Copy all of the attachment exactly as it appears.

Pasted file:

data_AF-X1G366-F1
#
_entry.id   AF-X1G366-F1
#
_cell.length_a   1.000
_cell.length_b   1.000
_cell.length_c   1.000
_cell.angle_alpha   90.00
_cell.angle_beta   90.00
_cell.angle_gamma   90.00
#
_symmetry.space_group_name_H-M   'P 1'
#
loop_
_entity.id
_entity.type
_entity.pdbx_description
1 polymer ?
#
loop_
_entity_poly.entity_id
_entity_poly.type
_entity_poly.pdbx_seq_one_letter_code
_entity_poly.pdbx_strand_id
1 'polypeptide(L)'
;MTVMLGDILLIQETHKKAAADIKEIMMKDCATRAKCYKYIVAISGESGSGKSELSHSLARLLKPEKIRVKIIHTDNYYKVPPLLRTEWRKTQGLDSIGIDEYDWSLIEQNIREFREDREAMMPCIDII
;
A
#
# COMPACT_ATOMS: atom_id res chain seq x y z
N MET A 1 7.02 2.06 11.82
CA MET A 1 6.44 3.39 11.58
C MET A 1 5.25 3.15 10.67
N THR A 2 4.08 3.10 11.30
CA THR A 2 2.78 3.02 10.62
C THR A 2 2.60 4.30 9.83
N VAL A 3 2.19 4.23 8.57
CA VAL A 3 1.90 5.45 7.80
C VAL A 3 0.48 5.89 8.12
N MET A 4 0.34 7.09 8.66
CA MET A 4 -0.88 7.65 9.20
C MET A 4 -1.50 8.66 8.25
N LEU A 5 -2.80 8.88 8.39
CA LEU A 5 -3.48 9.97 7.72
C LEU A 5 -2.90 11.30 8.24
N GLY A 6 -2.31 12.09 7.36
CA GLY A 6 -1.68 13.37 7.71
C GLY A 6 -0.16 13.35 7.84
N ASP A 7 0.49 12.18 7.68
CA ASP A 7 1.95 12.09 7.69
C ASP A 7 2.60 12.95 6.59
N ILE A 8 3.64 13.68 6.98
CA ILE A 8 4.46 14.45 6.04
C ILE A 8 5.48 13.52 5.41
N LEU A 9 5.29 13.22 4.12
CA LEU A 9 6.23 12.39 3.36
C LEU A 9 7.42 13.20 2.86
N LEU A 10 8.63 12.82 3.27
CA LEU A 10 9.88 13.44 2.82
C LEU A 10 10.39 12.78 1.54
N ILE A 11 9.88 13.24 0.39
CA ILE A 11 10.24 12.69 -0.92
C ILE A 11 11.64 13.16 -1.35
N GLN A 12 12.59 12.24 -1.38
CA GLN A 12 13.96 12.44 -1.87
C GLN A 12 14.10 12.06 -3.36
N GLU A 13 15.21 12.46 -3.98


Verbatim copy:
data_AF-X1G366-F1
#
_entry.id   AF-X1G366-F1
#
_cell.length_a   1.000
_cell.length_b   1.000
_cell.length_c   1.000
_cell.angle_alpha   90.00
_cell.angle_beta   90.00
_cell.angle_gamma   90.00
#
_symmetry.space_group_name_H-M   'P 1'
#
loop_
_entity.id
_entity.type
_entity.pdbx_description
1 polymer ?
#
loop_
_entity_poly.entity_id
_entity_poly.type
_entity_poly.pdbx_seq_one_letter_code
_entity_poly.pdbx_strand_id
1 'polypeptide(L)'
;MTVMLGDILLIQETHKKAAADIKEIMMKDCATRAKCYKYIVAISGESGSGKSELSHSLARLLKPEKIRVKIIHTDNYYKVPPLLRTEWRKTQGLDSIGIDEYDWSLIEQNIREFREDREAMMPCIDII
;
A
#
# COMPACT_ATOMS: atom_id res chain seq x y z
N MET A 1 7.02 2.06 11.82
CA MET A 1 6.44 3.39 11.58
C MET A 1 5.25 3.15 10.67
N THR A 2 4.08 3.10 11.30
CA THR A 2 2.78 3.02 10.62
C THR A 2 2.60 4.30 9.83
N VAL A 3 2.19 4.23 8.57
CA VAL A 3 1.90 5.45 7.80
C VAL A 3 0.48 5.89 8.12
N MET A 4 0.34 7.09 8.66
CA MET A 4 -0.88 7.65 9.20
C MET A 4 -1.50 8.66 8.25
N LEU A 5 -2.80 8.88 8.39
CA LEU A 5 -3.48 9.97 7.72
C LEU A 5 -2.90 11.30 8.24
N GLY A 6 -2.31 12.09 7.36
CA GLY A 6 -1.68 13.37 7.71
C GLY A 6 -0.16 13.35 7.84
N ASP A 7 0.49 12.18 7.68
CA ASP A 7 1.95 12.09 7.69
C ASP A 7 2.60 12.95 6.59
N ILE A 8 3.64 13.68 6.98
CA ILE A 8 4.46 14.45 6.04
C ILE A 8 5.48 13.52 5.41
N LEU A 9 5.29 13.22 4.12
CA LEU A 9 6.23 12.39 3.36
C LEU A 9 7.42 13.20 2.86
N LEU A 10 8.63 12.82 3.27
CA LEU A 10 9.88 13.44 2.82
C LEU A 10 10.39 12.78 1.54
N ILE A 11 9.88 13.24 0.39
CA ILE A 11 10.24 12.69 -0.92
C ILE A 11 11.64 13.16 -1.35
N GLN A 12 12.59 12.24 -1.38
CA GLN A 12 13.96 12.44 -1.87
C GLN A 12 14.10 12.06 -3.36
N GLU A 13 15.21 12.46 -3.98